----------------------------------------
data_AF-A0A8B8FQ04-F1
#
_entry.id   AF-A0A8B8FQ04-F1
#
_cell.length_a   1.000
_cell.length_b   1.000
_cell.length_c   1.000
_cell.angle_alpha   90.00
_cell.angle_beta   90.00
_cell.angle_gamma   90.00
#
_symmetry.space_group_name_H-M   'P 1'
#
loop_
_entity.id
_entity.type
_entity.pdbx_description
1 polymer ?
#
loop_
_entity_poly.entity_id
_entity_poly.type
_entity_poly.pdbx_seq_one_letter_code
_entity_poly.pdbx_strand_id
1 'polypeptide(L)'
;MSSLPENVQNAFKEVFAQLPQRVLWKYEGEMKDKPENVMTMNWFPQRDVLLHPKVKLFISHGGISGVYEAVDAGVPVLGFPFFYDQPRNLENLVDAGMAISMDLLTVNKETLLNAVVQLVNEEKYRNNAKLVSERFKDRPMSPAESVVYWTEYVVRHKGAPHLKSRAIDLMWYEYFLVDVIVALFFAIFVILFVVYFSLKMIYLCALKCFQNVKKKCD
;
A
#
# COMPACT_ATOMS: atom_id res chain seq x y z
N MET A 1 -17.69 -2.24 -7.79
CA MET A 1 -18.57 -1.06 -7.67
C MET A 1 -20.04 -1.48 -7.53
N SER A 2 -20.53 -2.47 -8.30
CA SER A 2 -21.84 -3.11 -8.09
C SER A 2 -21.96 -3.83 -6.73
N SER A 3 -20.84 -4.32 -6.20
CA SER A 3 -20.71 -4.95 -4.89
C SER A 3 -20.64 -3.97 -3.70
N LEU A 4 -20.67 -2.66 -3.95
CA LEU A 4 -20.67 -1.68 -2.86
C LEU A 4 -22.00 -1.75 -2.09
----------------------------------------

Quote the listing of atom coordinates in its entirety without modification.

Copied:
data_AF-A0A8B8FQ04-F1
#
_entry.id   AF-A0A8B8FQ04-F1
#
_cell.length_a   1.000
_cell.length_b   1.000
_cell.length_c   1.000
_cell.angle_alpha   90.00
_cell.angle_beta   90.00
_cell.angle_gamma   90.00
#
_symmetry.space_group_name_H-M   'P 1'
#
loop_
_entity.id
_entity.type
_entity.pdbx_description
1 polymer ?
#
loop_
_entity_poly.entity_id
_entity_poly.type
_entity_poly.pdbx_seq_one_letter_code
_entity_poly.pdbx_strand_id
1 'polypeptide(L)'
;MSSLPENVQNAFKEVFAQLPQRVLWKYEGEMKDKPENVMTMNWFPQRDVLLHPKVKLFISHGGISGVYEAVDAGVPVLGFPFFYDQPRNLENLVDAGMAISMDLLTVNKETLLNAVVQLVNEEKYRNNAKLVSERFKDRPMSPAESVVYWTEYVVRHKGAPHLKSRAIDLMWYEYFLVDVIVALFFAIFVILFVVYFSLKMIYLCALKCFQNVKKKCD
;
A
#
# COMPACT_ATOMS: atom_id res chain seq x y z
N MET A 1 -17.69 -2.24 -7.79
CA MET A 1 -18.57 -1.06 -7.67
C MET A 1 -20.04 -1.48 -7.53
N SER A 2 -20.53 -2.47 -8.30
CA SER A 2 -21.84 -3.11 -8.09
C SER A 2 -21.96 -3.83 -6.73
N SER A 3 -20.84 -4.32 -6.20
CA SER A 3 -20.71 -4.95 -4.89
C SER A 3 -20.64 -3.97 -3.70
N LEU A 4 -20.67 -2.66 -3.95
CA LEU A 4 -20.67 -1.68 -2.86
C LEU A 4 -22.00 -1.75 -2.09